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The meaning of the resignation of Swedish prime minister Stefan Löfven


Swedish Prime Minister Stefan Loewen resigned on Monday, a week after losing a vote of confidence in parliament. Now Andreas Norlen, the speaker of the Riksdag or the Swedish parliament, must find a workable governing coalition among eight political parties. The thriving and traditionally egalitarian country, which caught international attention last year with its unusually liberal but dubiously successful policy of isolation from COVID-19, faces an uncertain political future.

[See also: Sweden’s Covid-19 failures have exposed the myths of the lockdown-sceptics]

A year later, when the Riksdag was reduced to the core of the 55-member pandemic, the appearance of all but eight of the 349 MPs in the House on Monday was almost festive. But they were there on a serious matter: to remove the Social Democrat Stefan Leuven from power.

The crisis came after the former communist Left Party declared that it could no longer support Leuven’s center-left coalition government. The party leader, Nushi Dadgostar, said she could not agree with plans to relinquish control over rent in new buildings. What surprised many was that she was willing to transform this political division in support of a vote of no confidence put forward by the anti-immigration Swedish Democrats, a party generally considered out of the limelight on the left.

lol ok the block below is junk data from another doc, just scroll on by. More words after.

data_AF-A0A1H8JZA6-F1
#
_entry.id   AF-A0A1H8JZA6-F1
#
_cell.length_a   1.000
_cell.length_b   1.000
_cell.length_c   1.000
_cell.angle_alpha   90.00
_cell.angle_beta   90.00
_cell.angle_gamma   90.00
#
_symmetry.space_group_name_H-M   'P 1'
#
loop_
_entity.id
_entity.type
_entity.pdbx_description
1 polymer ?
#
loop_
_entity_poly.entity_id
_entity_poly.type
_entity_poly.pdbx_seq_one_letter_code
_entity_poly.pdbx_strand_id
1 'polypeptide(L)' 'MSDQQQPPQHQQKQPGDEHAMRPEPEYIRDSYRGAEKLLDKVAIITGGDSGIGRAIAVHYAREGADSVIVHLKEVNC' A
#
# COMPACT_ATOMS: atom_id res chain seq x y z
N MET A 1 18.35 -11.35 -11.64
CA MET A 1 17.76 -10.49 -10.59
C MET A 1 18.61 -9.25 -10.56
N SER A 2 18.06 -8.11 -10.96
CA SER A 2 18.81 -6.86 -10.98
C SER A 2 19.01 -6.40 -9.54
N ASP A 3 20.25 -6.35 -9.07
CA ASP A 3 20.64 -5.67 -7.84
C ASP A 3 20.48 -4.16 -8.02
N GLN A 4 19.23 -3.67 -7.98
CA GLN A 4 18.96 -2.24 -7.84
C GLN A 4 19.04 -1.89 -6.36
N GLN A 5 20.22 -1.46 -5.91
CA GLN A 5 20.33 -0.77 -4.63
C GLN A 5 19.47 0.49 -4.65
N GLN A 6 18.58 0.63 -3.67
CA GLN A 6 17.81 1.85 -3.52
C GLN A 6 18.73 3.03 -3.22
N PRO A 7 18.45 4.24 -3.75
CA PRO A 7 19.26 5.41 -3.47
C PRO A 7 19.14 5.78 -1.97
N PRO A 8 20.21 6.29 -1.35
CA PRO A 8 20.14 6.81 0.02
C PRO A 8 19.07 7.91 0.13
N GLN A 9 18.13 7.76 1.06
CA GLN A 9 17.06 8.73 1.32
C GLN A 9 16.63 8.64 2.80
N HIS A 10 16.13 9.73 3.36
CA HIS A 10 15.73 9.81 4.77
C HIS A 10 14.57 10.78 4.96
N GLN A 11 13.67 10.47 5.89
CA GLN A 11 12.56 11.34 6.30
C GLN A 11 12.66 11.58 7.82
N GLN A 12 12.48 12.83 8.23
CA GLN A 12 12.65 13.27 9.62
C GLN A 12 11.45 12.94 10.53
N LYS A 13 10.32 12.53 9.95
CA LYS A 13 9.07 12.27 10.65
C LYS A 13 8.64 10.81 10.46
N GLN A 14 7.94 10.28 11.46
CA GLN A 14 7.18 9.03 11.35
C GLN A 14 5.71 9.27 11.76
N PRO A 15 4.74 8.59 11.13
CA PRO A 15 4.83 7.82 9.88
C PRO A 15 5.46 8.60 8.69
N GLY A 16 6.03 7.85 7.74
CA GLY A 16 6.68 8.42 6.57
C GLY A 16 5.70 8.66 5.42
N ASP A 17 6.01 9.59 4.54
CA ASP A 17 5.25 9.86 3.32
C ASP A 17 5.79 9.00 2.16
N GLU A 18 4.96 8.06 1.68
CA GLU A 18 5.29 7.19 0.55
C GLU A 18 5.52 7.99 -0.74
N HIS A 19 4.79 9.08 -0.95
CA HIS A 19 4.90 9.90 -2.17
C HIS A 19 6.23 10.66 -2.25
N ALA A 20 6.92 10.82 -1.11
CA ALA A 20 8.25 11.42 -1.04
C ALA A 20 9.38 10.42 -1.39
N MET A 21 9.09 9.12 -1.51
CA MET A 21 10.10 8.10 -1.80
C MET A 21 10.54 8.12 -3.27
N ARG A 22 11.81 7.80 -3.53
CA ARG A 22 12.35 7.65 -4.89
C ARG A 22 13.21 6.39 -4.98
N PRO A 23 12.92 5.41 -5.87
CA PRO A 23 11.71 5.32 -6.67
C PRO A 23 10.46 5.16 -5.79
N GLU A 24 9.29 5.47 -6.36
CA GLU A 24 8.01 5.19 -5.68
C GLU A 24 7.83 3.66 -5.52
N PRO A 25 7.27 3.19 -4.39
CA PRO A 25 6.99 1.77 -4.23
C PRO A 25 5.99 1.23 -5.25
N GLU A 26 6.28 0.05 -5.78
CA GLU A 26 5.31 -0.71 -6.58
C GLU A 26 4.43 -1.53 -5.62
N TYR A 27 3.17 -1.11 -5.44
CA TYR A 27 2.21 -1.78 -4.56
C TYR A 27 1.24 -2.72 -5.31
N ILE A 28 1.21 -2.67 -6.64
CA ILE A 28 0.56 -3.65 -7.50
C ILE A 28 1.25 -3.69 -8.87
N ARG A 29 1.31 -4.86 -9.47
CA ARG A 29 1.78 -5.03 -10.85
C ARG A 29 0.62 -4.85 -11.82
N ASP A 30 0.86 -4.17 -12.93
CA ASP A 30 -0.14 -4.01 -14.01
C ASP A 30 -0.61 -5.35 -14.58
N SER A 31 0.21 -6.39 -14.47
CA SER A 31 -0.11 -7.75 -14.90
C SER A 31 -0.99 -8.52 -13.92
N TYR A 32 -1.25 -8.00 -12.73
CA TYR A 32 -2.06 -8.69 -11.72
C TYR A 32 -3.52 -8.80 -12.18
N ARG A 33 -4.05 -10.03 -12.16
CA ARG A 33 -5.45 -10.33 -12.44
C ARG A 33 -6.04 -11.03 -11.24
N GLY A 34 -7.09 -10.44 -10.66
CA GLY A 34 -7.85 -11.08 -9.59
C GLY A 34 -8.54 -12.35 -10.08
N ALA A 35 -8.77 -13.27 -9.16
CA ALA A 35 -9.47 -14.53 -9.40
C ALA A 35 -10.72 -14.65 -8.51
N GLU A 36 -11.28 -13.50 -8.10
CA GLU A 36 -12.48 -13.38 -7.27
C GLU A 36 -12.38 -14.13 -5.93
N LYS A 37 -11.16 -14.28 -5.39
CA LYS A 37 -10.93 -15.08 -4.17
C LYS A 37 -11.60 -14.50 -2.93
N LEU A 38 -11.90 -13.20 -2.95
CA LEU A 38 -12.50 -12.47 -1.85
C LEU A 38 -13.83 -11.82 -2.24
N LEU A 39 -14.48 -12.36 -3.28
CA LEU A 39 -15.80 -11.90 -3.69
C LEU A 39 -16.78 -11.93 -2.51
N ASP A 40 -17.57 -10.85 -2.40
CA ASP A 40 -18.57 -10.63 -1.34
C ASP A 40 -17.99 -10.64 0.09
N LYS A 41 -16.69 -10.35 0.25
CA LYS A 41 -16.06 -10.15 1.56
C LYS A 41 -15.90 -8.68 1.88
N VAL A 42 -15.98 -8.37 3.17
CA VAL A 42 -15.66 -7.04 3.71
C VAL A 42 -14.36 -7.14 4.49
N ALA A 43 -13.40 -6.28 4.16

Löfven’s difficulties are compounded by the position of his other coalition partners, in particular the Center Party, a small agrarian party that has reinvented itself as a champion of the market economy. The coalition, formed in 2019 after four months of bargaining among the eight parties of the Riksdag, was a difficult cohabitation from the outset. To get the Center Party and the smaller Liberal Party to sign what became known as the January Agreement, Löfven proposed a government program with lower taxes and loosened labor and housing market regulations.

By reaching an agreement, he achieved his long-term goal of separating the Center Party from the center-right moderates. But his program was a curse on the leftist party, whose fundamental goal is to destroy capitalism. Moreover, the Center Party insisted that their deal with Leuven and his Green Party allies include a clause stating that the Left Party would not be able to influence government policy. This clause understandably became known as the “humiliation clause”.

[See also: Sweden’s Anders Tegnell: We did not pursue “herd immunity” against Covid-19]

The leftist party has so far been willing to accept its humiliation and passively support the government in votes of confidence for only one reason: refusal to support will open the way for right-wing parties, including the Swedish democrats, to form a government. … But a combination of a new leader, unpleasant government policies, and a growing need to show some resilience forced the party to do the unthinkable: get the Social Democratic prime minister to resign.